Adenosine Triphosphate

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The nucleotide adenosine triphosphate (ATP), is composed of a ribose sugar, an adenine base, and three phosphate groups ([link]). ATP is classified as a high energy compound because the two covalent bonds linking its three phosphates store a significant amount of potential energy. In the body, the energy released from these high energy bonds helps fuel the body’s activities, from muscle contraction to the transport of substances in and out of cells to anabolic chemical reactions.
When a phosphate group is cleaved from ATP, the products are adenosine diphosphate (ADP) and inorganic phosphate (Pi). This hydrolysis reaction can be written:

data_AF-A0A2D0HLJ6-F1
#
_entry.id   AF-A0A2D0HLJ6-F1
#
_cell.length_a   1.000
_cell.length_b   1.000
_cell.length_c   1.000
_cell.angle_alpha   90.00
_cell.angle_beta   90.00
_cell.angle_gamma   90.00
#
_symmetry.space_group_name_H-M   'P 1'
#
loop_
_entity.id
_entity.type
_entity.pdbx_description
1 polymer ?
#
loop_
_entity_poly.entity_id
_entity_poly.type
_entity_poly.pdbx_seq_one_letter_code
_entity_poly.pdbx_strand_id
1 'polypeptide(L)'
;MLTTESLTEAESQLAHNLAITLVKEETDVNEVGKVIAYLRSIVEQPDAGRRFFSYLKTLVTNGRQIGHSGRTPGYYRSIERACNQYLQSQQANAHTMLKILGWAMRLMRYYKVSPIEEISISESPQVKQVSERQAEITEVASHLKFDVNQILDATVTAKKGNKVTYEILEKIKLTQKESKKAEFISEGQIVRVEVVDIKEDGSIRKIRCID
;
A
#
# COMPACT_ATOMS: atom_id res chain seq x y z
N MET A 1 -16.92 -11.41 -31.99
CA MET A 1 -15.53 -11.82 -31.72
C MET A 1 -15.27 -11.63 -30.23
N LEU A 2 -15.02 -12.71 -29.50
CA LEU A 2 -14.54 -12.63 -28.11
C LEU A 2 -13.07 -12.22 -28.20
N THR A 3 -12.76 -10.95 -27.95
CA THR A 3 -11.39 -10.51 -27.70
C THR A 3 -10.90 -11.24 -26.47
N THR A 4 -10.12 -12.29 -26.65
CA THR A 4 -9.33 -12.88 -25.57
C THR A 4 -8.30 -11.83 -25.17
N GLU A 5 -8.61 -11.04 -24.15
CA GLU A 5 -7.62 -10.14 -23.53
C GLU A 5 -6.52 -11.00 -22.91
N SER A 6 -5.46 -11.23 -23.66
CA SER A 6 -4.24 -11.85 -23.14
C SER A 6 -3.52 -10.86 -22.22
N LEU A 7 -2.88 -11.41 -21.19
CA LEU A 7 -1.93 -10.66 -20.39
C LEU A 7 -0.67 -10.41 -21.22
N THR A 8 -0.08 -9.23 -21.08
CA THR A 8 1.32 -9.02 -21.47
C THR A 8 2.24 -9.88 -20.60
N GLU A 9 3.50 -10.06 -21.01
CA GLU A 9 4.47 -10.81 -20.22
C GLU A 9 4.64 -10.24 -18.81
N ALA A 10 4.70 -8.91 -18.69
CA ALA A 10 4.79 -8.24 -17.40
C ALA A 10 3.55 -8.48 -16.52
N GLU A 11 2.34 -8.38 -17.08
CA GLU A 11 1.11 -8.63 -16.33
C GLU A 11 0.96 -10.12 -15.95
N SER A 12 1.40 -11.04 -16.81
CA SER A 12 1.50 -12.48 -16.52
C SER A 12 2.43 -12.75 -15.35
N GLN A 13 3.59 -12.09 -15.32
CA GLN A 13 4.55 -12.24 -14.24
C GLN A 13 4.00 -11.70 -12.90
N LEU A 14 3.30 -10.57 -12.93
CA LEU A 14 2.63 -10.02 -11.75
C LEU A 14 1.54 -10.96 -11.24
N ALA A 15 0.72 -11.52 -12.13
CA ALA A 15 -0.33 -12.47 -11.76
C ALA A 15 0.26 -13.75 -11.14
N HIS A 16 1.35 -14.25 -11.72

ATP + H2O → ADP + Pi + energy

Removal of a second phosphate leaves adenosine monophosphate (AMP) and two phosphate groups. Again, these reactions also liberate the energy that had been stored in the phosphate-phosphate bonds. They are reversible, too, as when ADP undergoes phosphorylation. Phosphorylation is the addition of a phosphate group to an organic compound, in this case, resulting in ATP. In such cases, the same level of energy that had been released during hydrolysis must be reinvested to power dehydration synthesis.

Cells can also transfer a phosphate group from ATP to another organic compound. For example, when glucose first enters a cell, a phosphate group is transferred from ATP, forming glucose phosphate (C6H12O6—P) and ADP. Once glucose is phosphorylated in this way, it can be stored as glycogen or metabolized for immediate energy.


Cut Rita Zahara


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“Adenosine Triphosphate,” Open Educational Resource (OER) , accessed August 13, 2022,